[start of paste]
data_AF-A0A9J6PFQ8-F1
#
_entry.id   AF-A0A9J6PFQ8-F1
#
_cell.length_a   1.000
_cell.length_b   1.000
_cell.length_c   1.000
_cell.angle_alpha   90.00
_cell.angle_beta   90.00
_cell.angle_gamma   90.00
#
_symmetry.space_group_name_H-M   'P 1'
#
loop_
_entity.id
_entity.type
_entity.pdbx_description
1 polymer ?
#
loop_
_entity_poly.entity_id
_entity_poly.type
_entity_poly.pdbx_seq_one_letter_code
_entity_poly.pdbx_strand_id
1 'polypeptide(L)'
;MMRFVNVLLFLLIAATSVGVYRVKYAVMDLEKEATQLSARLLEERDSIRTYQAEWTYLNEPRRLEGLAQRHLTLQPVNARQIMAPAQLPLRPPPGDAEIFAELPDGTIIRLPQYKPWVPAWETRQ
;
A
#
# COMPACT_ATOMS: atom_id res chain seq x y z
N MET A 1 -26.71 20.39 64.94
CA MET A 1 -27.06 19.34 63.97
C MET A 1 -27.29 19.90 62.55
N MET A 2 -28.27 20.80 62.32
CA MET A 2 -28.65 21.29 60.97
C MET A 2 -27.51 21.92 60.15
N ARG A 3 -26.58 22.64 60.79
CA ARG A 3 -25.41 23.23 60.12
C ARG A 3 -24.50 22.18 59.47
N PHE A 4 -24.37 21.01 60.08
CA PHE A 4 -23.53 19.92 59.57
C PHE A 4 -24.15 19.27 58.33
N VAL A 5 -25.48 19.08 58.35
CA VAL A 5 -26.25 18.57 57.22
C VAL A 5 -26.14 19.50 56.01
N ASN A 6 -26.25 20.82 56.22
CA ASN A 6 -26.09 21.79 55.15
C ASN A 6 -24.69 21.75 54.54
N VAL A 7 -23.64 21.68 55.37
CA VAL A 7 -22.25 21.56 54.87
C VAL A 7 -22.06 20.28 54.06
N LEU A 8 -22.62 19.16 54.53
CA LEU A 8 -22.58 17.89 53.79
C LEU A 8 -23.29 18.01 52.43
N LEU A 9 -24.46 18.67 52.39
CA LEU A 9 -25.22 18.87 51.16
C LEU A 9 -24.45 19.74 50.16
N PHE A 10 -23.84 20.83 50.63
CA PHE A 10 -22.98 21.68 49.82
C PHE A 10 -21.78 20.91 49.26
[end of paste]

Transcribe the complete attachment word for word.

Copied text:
data_AF-A0A9J6PFQ8-F1
#
_entry.id   AF-A0A9J6PFQ8-F1
#
_cell.length_a   1.000
_cell.length_b   1.000
_cell.length_c   1.000
_cell.angle_alpha   90.00
_cell.angle_beta   90.00
_cell.angle_gamma   90.00
#
_symmetry.space_group_name_H-M   'P 1'
#
loop_
_entity.id
_entity.type
_entity.pdbx_description
1 polymer ?
#
loop_
_entity_poly.entity_id
_entity_poly.type
_entity_poly.pdbx_seq_one_letter_code
_entity_poly.pdbx_strand_id
1 'polypeptide(L)'
;MMRFVNVLLFLLIAATSVGVYRVKYAVMDLEKEATQLSARLLEERDSIRTYQAEWTYLNEPRRLEGLAQRHLTLQPVNARQIMAPAQLPLRPPPGDAEIFAELPDGTIIRLPQYKPWVPAWETRQ
;
A
#
# COMPACT_ATOMS: atom_id res chain seq x y z
N MET A 1 -26.71 20.39 64.94
CA MET A 1 -27.06 19.34 63.97
C MET A 1 -27.29 19.90 62.55
N MET A 2 -28.27 20.80 62.32
CA MET A 2 -28.65 21.29 60.97
C MET A 2 -27.51 21.92 60.15
N ARG A 3 -26.58 22.64 60.79
CA ARG A 3 -25.41 23.23 60.12
C ARG A 3 -24.50 22.18 59.47
N PHE A 4 -24.37 21.01 60.08
CA PHE A 4 -23.53 19.92 59.57
C PHE A 4 -24.15 19.27 58.33
N VAL A 5 -25.48 19.08 58.35
CA VAL A 5 -26.25 18.57 57.22
C VAL A 5 -26.14 19.50 56.01
N ASN A 6 -26.25 20.82 56.22
CA ASN A 6 -26.09 21.79 55.15
C ASN A 6 -24.69 21.75 54.54
N VAL A 7 -23.64 21.68 55.37
CA VAL A 7 -22.25 21.56 54.87
C VAL A 7 -22.06 20.28 54.06
N LEU A 8 -22.62 19.16 54.53
CA LEU A 8 -22.58 17.89 53.79
C LEU A 8 -23.29 18.01 52.43
N LEU A 9 -24.46 18.67 52.39
CA LEU A 9 -25.22 18.87 51.16
C LEU A 9 -24.45 19.74 50.16
N PHE A 10 -23.84 20.83 50.63
CA PHE A 10 -22.98 21.68 49.82
C PHE A 10 -21.78 20.91 49.26